In 1568 Emperor Maximilian had invited him to the imperial court at Vienna.
And in 1583 the Duke of Mantua, an amateur musician of talent and frequent correspondent of the composer, invited Palestrina to his court.
Palestrina's influence with the Roman hierarchy is also witnessed by a papal order of 1577.
He and a colleague, Annibale Zoilo, were directed to revise the by purging the old tunes of barbarisms and the excrescences of centuries.
Of these three the madrigals played a small role, for his orientation was overwhelmingly on the side of sacred music.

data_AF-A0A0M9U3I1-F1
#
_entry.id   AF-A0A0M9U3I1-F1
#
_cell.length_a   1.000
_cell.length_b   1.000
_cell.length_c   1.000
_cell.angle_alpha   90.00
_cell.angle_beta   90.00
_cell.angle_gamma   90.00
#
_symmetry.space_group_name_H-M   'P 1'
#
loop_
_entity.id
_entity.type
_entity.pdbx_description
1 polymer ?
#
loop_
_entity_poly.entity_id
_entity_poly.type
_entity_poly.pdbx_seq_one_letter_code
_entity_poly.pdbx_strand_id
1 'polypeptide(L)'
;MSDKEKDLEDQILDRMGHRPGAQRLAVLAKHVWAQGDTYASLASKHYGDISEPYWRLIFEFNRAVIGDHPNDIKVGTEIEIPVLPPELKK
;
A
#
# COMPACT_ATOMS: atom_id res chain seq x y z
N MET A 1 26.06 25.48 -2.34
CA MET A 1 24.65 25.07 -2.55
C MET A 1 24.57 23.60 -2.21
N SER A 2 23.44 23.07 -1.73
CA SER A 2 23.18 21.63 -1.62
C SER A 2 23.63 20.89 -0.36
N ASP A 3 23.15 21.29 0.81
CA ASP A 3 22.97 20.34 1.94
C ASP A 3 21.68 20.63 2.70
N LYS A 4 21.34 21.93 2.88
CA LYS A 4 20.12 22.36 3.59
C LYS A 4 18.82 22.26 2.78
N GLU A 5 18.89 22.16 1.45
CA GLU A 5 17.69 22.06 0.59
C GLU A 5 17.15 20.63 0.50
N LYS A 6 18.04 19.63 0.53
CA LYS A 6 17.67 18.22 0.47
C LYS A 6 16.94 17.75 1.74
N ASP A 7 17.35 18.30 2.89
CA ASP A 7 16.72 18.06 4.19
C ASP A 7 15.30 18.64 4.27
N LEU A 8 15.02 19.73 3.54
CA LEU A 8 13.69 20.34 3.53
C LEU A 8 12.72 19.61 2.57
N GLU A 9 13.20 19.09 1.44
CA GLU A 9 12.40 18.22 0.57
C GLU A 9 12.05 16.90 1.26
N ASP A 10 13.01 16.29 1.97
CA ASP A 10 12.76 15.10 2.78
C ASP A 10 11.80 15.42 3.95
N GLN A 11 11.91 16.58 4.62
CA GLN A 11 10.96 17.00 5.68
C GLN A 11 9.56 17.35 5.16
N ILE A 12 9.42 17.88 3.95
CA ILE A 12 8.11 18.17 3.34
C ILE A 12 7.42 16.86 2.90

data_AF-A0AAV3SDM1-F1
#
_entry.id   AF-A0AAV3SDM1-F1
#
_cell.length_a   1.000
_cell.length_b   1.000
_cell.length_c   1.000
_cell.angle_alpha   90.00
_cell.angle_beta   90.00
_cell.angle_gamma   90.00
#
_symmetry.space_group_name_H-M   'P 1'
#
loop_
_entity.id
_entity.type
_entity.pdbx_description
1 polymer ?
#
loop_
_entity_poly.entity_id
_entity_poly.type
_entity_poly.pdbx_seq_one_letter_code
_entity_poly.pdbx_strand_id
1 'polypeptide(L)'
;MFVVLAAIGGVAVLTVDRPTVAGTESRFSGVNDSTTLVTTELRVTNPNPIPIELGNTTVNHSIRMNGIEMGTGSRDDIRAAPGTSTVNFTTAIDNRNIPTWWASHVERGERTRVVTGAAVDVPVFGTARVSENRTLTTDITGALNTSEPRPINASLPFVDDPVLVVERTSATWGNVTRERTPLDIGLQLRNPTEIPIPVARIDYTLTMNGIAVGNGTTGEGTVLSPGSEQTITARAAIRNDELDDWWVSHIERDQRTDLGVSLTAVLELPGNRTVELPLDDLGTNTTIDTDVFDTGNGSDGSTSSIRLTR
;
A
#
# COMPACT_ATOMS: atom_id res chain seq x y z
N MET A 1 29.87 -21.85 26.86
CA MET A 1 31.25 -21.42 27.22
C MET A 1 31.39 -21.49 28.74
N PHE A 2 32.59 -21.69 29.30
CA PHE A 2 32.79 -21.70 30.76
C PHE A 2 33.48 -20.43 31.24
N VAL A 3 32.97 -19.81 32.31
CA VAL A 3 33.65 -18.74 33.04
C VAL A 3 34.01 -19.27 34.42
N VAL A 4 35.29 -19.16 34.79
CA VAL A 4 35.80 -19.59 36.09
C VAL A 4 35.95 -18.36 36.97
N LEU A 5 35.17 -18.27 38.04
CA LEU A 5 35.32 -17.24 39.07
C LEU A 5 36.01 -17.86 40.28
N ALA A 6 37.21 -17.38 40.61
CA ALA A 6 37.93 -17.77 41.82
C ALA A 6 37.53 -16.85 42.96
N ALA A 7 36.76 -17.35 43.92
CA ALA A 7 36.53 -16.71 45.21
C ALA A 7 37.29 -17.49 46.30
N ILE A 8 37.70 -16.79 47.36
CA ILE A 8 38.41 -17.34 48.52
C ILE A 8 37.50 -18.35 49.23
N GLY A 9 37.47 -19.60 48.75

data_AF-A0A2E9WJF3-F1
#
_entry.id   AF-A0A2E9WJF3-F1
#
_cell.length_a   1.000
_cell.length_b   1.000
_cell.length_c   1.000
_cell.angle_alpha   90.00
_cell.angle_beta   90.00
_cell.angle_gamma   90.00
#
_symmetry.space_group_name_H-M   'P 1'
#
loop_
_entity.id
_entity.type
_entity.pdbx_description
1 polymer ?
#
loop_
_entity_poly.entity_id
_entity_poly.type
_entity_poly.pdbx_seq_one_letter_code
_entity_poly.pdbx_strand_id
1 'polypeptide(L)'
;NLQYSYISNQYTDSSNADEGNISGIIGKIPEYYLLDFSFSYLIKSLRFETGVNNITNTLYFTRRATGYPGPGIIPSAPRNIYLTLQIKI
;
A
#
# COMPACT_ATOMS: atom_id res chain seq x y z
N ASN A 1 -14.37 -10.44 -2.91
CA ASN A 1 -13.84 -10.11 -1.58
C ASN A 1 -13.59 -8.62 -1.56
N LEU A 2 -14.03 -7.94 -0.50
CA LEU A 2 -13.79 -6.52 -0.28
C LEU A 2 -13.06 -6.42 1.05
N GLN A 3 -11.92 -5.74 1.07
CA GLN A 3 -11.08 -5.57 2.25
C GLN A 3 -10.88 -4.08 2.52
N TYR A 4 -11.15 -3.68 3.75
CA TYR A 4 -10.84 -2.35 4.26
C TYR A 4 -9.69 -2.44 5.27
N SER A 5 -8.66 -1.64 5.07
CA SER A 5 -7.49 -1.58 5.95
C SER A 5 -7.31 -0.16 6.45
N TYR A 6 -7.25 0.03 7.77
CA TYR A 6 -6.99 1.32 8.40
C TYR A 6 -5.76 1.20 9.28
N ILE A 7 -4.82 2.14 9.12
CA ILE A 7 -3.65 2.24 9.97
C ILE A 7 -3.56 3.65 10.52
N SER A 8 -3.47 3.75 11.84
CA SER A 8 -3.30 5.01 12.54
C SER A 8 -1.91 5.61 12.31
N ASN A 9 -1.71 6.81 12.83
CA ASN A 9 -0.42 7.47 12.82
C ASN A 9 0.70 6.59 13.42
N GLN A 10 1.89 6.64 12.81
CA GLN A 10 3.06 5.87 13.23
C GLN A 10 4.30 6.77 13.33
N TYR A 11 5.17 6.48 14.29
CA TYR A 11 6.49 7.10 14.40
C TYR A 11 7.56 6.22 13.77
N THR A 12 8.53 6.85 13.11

His 250 motets include settings of psalms and canticles, as well as exclusively liturgical items such as 45 hymns, 68 offertories, 13 lamentations, 12 litanies, and 35 Magnificats.Palestrina's reputation makes it likely, however, that he was consulted on decisions about music.We do know that his works were performed before, and approved by, Cardinal Borromeo, who was charged with securing a liturgical music free of secular tunes and unintelligible texts.Most of these compositions reveal the so-called Palestinian style, in which stepwise melodic movement dominates expansive leaps, and diatonic tones in both horizontal and vertical combinations are preferred to their chromatic counterparts.Important as are the motets, they are decidedly secondary to the 105 Masses for which Palestrina was justly admired.Born Giovanni Pierluigi, the composer is known as Giovanni Pierluigi da Palestrina from the name of his birthplace, a hill town near Rome.It is assumed without historical evidence that Giovanni was a choir singer at the church of St. When the bishop of Palestrina, Cardinal della Valle, was transferred to the basilica of S.What seems to have been initially a suitable arrangement did not, however, work out to his satisfaction, for he left the seminary very soon thereafter.For the next 4 years he was music director for Cardinal Ippolito d'Este II, an outstanding patron of the arts.Palestrina never did complete this laborious task, and the Medicean Gradual of the early 17th century, sometimes thought to be his work, is actually the labor of others.Palestrina's voluminous works encompass the most important categories cultivated in the late Renaissance: Masses, motets, and madrigals.